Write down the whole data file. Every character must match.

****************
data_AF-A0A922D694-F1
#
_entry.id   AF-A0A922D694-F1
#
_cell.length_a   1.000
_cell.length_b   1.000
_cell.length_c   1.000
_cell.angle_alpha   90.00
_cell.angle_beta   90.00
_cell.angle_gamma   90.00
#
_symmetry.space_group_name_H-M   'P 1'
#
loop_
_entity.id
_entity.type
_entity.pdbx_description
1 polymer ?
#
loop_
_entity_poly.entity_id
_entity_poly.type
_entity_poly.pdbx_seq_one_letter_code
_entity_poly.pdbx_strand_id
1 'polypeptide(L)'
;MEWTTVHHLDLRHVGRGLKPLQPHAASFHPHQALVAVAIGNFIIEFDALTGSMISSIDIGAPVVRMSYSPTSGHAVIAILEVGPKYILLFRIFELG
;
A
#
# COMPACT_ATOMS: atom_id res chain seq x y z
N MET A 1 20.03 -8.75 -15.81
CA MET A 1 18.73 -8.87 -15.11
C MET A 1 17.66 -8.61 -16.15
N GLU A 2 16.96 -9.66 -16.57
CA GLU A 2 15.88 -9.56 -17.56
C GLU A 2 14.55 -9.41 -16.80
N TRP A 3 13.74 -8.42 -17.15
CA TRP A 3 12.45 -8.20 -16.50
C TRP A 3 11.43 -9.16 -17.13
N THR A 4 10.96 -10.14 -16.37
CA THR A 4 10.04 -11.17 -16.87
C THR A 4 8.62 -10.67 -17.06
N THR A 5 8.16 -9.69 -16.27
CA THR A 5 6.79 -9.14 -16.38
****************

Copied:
data_AF-A0A922D694-F1
#
_entry.id   AF-A0A922D694-F1
#
_cell.length_a   1.000
_cell.length_b   1.000
_cell.length_c   1.000
_cell.angle_alpha   90.00
_cell.angle_beta   90.00
_cell.angle_gamma   90.00
#
_symmetry.space_group_name_H-M   'P 1'
#
loop_
_entity.id
_entity.type
_entity.pdbx_description
1 polymer ?
#
loop_
_entity_poly.entity_id
_entity_poly.type
_entity_poly.pdbx_seq_one_letter_code
_entity_poly.pdbx_strand_id
1 'polypeptide(L)'
;MEWTTVHHLDLRHVGRGLKPLQPHAASFHPHQALVAVAIGNFIIEFDALTGSMISSIDIGAPVVRMSYSPTSGHAVIAILEVGPKYILLFRIFELG
;
A
#
# COMPACT_ATOMS: atom_id res chain seq x y z
N MET A 1 20.03 -8.75 -15.81
CA MET A 1 18.73 -8.87 -15.11
C MET A 1 17.66 -8.61 -16.15
N GLU A 2 16.96 -9.66 -16.57
CA GLU A 2 15.88 -9.56 -17.56
C GLU A 2 14.55 -9.41 -16.80
N TRP A 3 13.74 -8.42 -17.15
CA TRP A 3 12.45 -8.20 -16.50
C TRP A 3 11.43 -9.16 -17.13
N THR A 4 10.96 -10.14 -16.37
CA THR A 4 10.04 -11.17 -16.87
C THR A 4 8.62 -10.67 -17.06
N THR A 5 8.16 -9.69 -16.27
CA THR A 5 6.79 -9.14 -16.38